Breast Cancer Home > What Is Goserelin Acetate Implant Used For?

A healthcare provider may prescribe goserelin acetate implants for treating prostate cancer or breast cancer. This medication may also be used to help relieve symptoms of endometriosis. These implants work by decreasing the amount of testosterone or estrogen the body produces. Possible off-label uses for goserelin acetate implants include the treatment of uterine fibroids and precocious puberty.

An Overview of Uses for the Goserelin Acetate Implant

The goserelin acetate implant (Zoladex®) is a prescription hormone medication that belongs to a group of drugs called gonadotropin-releasing hormone (GnRH) agonists. It comes as a small implant that is injected just beneath the skin of the abdomen (stomach). The goserelin acetate implant is approved for the following uses:
  • Treatment of prostate cancer in men
  • Treatment of breast cancer in women
  • Management of endometriosis
  • Thin the lining of the uterus (the endometrium) before endometrial ablation, a procedure used to treat abnormal uterine bleeding.

Using Goserelin Acetate Implants for Prostate Cancer

Prostate cancer occurs when abnormal cells begin to grow in the prostate tissue. It is the second most common type of cancer to occur in men (second only to skin cancer).
After prostate cancer is diagnosed, healthcare providers will determine how advanced the cancer is by staging it. Staging is based on the size of the tumor and whether the cancer has spread to other areas of the body. In general, there are four stages of prostate cancer (the higher the stage number, the more extensive the cancer). These include:
  • Stage I describes cancer that is only in the prostate tissue.
  • Stage II describes cancer that is more advanced than Stage I, but still remains localized to the prostate. This stage is further divided into IIA and IIB, with Stage IIA being limited to one lobe of the prostate.
  • Stage III cancer has spread beyond the outer layer of the prostate, but not more widely.
  • Stage IV prostate cancer has spread widely to other areas of the body, such as the bladder, rectum, bones, or lymph nodes. It may also be referred to as advanced prostate cancer or late-stage prostate cancer.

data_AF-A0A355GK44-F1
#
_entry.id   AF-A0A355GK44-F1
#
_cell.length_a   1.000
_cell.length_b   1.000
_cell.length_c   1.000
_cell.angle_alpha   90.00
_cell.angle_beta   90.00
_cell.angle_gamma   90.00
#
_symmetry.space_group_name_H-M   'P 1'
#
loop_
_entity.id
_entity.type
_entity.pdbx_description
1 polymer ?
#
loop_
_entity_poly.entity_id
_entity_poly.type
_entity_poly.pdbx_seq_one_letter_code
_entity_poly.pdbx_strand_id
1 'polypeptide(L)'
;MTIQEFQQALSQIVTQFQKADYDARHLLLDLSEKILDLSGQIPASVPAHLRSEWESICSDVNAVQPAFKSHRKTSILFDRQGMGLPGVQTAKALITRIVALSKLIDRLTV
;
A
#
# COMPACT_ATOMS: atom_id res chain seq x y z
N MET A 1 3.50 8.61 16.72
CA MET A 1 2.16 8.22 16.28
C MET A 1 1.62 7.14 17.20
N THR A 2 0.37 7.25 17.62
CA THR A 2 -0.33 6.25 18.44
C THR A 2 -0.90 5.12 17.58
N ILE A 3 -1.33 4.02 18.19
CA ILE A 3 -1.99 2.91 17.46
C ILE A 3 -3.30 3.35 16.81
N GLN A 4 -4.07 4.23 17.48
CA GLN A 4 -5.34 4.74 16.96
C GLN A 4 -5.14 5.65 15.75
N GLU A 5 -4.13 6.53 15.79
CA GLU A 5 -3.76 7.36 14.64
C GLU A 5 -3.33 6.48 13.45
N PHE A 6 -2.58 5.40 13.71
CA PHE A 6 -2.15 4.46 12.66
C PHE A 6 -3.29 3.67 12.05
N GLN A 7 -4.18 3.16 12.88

What can be confusing is that sometimes letters are used instead of roman numerals to describe the stages of prostate cancer. This is because there is more than one staging system. You may see Stage A, Stage B, Stage C, and Stage D instead of Stage I, Stage II, Stage III, or Stage IV. In general, these different staging systems are equivalent.
Prostate cancer cells grow in the presence of testosterone. The goserelin acetate implant reduces the amount of testosterone produced by the testes, thus slowing down the growth and progression of the cancer cells.
The goserelin acetate implant is approved for the treatment of Stage IIB to Stage III prostate cancer (or stage B2-C). When used in theses stages, it is used in combination with flutamide (Eulexin®), another prostate cancer medicine, before and during radiation treatment.
The goserelin acetate implant is also approved for the palliative treatment of advanced prostate cancer. Palliative treatment helps reduce cancer symptoms, but is not intended to cure the the disease. This medicine can help ease prostate cancer symptoms, such as pain and difficulty urinating, but will not make the cancer go away.
Written by/reviewed by:
Last reviewed by: Kristi Monson, PharmD;
Last updated/reviewed:
List of references (click here):
Other Articles in This eMedTV Presentation

Topics & Medications


Related Channels

eMedTV Links
Copyright © 2006-2020 Clinaero, Inc.

eMedTV serves only as an informational resource. This site does not dispense medical advice or advice of any kind. Site users seeking medical advice about their specific situation should consult with their own physician. Click Terms of Use for more information.

This site complies with the HONcode standard for trustworthy health information:
verify here.